Author Interview with Billy Beasley
Why did you become a writer…was it a dream of yours since you were younger or did the desire to write happen later in your life?
I did dream about writing a book as a wayward youth but I began to try to make the dream a reality when I was forty.
Do you tend to base your characters on real people or are they totally from your imagination?
Most of the time the characters are completely from my imagination but there are exceptions. For instance, in my first story, The River Hideaway, I did picture my Grandmother in the role of the main character’s Grandmother.
How do you go from an idea for a book to the birth of the story? Is the process the same for every book you write? How long does it take you to write a book?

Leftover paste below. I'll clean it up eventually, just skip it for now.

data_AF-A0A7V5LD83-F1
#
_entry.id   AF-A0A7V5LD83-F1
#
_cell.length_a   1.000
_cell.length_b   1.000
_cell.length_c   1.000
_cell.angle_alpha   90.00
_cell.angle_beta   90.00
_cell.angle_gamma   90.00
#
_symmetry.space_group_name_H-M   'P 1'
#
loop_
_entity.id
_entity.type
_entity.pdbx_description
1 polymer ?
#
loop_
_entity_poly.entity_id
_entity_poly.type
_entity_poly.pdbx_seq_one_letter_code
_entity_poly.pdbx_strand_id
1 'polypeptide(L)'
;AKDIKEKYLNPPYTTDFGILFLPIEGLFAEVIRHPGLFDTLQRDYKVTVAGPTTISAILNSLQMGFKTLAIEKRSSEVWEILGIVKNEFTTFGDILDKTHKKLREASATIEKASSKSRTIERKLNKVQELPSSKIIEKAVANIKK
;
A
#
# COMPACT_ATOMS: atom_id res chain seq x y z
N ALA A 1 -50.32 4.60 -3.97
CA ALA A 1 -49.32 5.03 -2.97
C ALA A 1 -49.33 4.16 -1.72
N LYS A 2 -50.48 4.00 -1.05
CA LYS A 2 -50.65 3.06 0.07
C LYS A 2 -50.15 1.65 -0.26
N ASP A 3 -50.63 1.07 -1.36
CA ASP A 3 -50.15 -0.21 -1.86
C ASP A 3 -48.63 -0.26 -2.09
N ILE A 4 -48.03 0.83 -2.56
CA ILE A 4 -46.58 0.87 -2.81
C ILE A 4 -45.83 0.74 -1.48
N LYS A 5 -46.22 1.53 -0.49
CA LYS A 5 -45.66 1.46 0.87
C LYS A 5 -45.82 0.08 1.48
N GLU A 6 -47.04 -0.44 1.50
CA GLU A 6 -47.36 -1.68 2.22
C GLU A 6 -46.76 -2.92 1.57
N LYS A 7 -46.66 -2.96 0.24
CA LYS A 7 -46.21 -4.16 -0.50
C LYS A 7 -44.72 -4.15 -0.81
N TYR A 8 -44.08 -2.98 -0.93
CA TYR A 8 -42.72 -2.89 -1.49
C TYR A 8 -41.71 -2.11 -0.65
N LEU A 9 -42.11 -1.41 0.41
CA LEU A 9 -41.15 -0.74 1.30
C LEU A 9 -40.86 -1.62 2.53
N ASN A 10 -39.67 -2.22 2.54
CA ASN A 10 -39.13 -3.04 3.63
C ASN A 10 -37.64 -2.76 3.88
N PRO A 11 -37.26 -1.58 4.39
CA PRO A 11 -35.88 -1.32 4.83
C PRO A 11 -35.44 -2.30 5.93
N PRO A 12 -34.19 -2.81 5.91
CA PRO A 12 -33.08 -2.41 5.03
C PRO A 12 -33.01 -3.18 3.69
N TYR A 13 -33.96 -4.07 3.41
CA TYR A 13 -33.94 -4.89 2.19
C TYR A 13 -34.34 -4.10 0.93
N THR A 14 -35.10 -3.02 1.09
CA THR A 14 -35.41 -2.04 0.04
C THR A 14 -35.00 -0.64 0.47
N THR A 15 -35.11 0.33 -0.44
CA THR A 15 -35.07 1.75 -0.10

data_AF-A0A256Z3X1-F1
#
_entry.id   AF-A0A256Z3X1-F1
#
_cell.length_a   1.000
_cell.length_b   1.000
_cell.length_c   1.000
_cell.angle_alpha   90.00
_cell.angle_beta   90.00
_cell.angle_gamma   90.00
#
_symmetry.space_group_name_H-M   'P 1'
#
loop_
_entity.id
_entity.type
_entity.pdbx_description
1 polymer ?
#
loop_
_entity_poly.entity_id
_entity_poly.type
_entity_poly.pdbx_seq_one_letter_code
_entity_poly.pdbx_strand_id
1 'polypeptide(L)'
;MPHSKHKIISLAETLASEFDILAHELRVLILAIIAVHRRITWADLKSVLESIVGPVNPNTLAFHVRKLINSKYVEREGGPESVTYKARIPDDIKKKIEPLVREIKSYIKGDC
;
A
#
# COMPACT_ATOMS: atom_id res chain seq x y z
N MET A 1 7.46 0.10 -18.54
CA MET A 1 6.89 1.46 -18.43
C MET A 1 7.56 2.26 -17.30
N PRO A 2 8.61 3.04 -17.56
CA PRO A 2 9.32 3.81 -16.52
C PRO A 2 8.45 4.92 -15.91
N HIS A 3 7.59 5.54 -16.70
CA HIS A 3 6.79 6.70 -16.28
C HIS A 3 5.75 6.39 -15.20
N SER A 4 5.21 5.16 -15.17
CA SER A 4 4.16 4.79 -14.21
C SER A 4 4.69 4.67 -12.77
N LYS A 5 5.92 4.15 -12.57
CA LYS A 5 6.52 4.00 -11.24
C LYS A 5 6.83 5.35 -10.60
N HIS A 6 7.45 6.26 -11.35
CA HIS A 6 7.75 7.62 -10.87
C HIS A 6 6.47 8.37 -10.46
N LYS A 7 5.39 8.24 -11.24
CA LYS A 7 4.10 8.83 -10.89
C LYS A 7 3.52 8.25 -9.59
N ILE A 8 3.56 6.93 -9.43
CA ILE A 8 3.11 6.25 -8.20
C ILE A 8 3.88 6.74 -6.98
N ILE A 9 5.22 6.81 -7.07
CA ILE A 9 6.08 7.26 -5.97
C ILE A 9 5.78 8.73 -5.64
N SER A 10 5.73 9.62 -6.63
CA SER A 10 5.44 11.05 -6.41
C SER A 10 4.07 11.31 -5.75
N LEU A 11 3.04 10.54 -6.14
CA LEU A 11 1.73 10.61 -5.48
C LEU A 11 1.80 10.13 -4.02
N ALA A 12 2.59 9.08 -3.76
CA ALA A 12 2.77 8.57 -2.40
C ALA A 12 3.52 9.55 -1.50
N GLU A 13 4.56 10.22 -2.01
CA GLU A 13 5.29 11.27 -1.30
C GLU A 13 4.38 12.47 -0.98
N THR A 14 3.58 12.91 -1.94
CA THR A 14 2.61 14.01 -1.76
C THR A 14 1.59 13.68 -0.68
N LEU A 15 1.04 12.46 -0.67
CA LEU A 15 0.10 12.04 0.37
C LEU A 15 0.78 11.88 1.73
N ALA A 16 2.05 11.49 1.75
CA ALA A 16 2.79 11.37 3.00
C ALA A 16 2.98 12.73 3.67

When I have an idea I usually have a pretty clear beginning and ending in mind. I just sit down and begin to write. The challenging part for me is to bridge the middle. I am not an outline person at all. I may jot a couple of notes during the process for something that occurs to me that I may want to include later in the book. It usually takes 6- 12 months for me to write a book.
Are you currently working on any new book projects?
I have other manuscripts already written. I was much better at writing than trying to get published. There is one work in my computer right now that is maybe half finished from early last year. I shut down on it because I began to think I would never land that second publisher for stories I had already written. It quite obviously can be a very frustrating endeavor to try to be traditionally published.
Do you have any advice for beginning writers on how to write a book? Do you have any advice for them regarding promoting that book once published?